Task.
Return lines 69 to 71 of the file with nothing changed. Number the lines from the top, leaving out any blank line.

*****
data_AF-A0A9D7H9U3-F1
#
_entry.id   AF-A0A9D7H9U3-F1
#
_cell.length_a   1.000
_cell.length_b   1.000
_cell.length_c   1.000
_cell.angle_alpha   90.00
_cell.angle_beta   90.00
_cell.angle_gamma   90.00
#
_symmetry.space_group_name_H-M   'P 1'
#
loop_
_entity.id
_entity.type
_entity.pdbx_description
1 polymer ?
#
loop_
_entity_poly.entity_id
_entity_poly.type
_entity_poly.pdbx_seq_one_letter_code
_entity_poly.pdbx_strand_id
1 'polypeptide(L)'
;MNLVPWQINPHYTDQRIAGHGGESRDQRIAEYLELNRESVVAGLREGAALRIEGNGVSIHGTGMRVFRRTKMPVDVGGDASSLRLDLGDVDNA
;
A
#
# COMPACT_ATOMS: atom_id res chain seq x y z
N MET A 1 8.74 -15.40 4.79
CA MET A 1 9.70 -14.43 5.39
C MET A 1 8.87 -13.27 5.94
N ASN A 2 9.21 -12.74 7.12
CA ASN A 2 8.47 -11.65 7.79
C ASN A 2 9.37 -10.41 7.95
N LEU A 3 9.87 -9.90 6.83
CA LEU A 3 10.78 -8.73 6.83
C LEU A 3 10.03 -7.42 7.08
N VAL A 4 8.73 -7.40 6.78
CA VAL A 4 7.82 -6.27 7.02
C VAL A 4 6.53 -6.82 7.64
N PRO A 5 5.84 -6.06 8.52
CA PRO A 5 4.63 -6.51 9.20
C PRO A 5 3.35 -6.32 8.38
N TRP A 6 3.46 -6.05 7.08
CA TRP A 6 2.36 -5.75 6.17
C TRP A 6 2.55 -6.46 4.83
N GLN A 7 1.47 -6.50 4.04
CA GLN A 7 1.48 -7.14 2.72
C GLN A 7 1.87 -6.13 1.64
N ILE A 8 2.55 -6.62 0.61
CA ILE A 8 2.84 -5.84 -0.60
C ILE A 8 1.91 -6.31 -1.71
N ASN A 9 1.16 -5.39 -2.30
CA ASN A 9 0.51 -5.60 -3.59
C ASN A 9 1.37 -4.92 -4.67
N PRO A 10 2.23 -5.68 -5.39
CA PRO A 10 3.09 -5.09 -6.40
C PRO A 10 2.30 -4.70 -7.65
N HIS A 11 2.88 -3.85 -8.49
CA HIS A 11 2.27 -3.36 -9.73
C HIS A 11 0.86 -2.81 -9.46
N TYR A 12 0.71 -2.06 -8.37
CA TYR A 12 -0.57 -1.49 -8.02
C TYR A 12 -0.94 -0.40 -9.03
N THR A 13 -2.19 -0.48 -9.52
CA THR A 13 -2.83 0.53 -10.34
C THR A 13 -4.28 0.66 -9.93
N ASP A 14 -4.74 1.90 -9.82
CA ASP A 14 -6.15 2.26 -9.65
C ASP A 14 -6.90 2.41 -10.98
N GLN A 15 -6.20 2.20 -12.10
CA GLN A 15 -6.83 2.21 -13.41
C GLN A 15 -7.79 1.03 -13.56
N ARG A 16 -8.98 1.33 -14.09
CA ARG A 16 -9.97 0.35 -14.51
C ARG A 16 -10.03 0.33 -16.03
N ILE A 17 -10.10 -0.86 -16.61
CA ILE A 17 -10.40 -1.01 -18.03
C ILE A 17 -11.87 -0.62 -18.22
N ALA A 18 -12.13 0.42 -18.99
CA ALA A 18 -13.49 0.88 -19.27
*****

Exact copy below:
C THR A 13 -4.28 0.66 -9.93
N ASP A 14 -4.74 1.90 -9.82
CA ASP A 14 -6.15 2.26 -9.65